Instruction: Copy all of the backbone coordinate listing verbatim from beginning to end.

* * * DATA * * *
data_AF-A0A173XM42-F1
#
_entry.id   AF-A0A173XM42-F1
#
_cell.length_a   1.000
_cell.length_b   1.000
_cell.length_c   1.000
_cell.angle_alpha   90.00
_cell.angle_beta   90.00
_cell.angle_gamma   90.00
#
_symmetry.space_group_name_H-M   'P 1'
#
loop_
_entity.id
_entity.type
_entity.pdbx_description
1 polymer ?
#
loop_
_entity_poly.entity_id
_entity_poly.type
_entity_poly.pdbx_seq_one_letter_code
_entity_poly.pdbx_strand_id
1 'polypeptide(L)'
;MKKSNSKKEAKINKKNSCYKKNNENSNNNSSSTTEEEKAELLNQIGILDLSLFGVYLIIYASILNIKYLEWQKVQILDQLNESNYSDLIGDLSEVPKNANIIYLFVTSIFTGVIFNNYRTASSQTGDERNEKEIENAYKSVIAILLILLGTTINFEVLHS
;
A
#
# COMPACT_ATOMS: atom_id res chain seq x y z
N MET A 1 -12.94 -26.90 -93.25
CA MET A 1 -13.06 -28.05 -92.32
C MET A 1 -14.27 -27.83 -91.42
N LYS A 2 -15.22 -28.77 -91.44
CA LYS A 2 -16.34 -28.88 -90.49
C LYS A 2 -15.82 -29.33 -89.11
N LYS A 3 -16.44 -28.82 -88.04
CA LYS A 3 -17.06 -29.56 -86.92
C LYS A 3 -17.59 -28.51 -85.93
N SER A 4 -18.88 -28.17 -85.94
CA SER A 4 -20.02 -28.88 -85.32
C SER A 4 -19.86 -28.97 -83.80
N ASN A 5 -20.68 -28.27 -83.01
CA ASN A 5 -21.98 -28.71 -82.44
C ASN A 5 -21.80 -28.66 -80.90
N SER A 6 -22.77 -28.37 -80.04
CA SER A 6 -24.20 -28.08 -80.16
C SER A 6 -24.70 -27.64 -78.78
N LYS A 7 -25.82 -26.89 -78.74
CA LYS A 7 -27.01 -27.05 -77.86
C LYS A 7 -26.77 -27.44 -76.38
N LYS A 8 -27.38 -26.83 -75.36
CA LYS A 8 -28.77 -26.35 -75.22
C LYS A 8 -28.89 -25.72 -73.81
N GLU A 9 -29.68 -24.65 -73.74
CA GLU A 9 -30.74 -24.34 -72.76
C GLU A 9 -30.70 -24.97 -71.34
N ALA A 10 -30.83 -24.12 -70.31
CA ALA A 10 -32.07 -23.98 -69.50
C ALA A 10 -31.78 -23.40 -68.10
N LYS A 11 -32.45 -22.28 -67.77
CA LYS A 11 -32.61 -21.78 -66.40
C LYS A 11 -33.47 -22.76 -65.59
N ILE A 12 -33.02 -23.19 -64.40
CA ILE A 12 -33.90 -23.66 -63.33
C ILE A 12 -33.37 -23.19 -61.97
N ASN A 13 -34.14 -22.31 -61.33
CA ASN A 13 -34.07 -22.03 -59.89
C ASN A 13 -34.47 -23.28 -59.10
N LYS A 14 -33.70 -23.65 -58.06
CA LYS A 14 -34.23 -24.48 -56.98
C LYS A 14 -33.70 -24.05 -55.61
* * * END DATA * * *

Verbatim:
data_AF-A0A173XM42-F1
#
_entry.id   AF-A0A173XM42-F1
#
_cell.length_a   1.000
_cell.length_b   1.000
_cell.length_c   1.000
_cell.angle_alpha   90.00
_cell.angle_beta   90.00
_cell.angle_gamma   90.00
#
_symmetry.space_group_name_H-M   'P 1'
#
loop_
_entity.id
_entity.type
_entity.pdbx_description
1 polymer ?
#
loop_
_entity_poly.entity_id
_entity_poly.type
_entity_poly.pdbx_seq_one_letter_code
_entity_poly.pdbx_strand_id
1 'polypeptide(L)'
;MKKSNSKKEAKINKKNSCYKKNNENSNNNSSSTTEEEKAELLNQIGILDLSLFGVYLIIYASILNIKYLEWQKVQILDQLNESNYSDLIGDLSEVPKNANIIYLFVTSIFTGVIFNNYRTASSQTGDERNEKEIENAYKSVIAILLILLGTTINFEVLHS
;
A
#
# COMPACT_ATOMS: atom_id res chain seq x y z
N MET A 1 -12.94 -26.90 -93.25
CA MET A 1 -13.06 -28.05 -92.32
C MET A 1 -14.27 -27.83 -91.42
N LYS A 2 -15.22 -28.77 -91.44
CA LYS A 2 -16.34 -28.88 -90.49
C LYS A 2 -15.82 -29.33 -89.11
N LYS A 3 -16.44 -28.82 -88.04
CA LYS A 3 -17.06 -29.56 -86.92
C LYS A 3 -17.59 -28.51 -85.93
N SER A 4 -18.88 -28.17 -85.94
CA SER A 4 -20.02 -28.88 -85.32
C SER A 4 -19.86 -28.97 -83.80
N ASN A 5 -20.68 -28.27 -83.01
CA ASN A 5 -21.98 -28.71 -82.44
C ASN A 5 -21.80 -28.66 -80.90
N SER A 6 -22.77 -28.37 -80.04
CA SER A 6 -24.20 -28.08 -80.16
C SER A 6 -24.70 -27.64 -78.78
N LYS A 7 -25.82 -26.89 -78.74
CA LYS A 7 -27.01 -27.05 -77.86
C LYS A 7 -26.77 -27.44 -76.38
N LYS A 8 -27.38 -26.83 -75.36
CA LYS A 8 -28.77 -26.35 -75.22
C LYS A 8 -28.89 -25.72 -73.81
N GLU A 9 -29.68 -24.65 -73.74
CA GLU A 9 -30.74 -24.34 -72.76
C GLU A 9 -30.70 -24.97 -71.34
N ALA A 10 -30.83 -24.12 -70.31
CA ALA A 10 -32.07 -23.98 -69.50
C ALA A 10 -31.78 -23.40 -68.10
N LYS A 11 -32.45 -22.28 -67.77
CA LYS A 11 -32.61 -21.78 -66.40
C LYS A 11 -33.47 -22.76 -65.59
N ILE A 12 -33.02 -23.19 -64.40
CA ILE A 12 -33.90 -23.66 -63.33
C ILE A 12 -33.37 -23.19 -61.97
N ASN A 13 -34.14 -22.31 -61.33
CA ASN A 13 -34.07 -22.03 -59.89
C ASN A 13 -34.47 -23.28 -59.10
N LYS A 14 -33.70 -23.65 -58.06
CA LYS A 14 -34.23 -24.48 -56.98
C LYS A 14 -33.70 -24.05 -55.61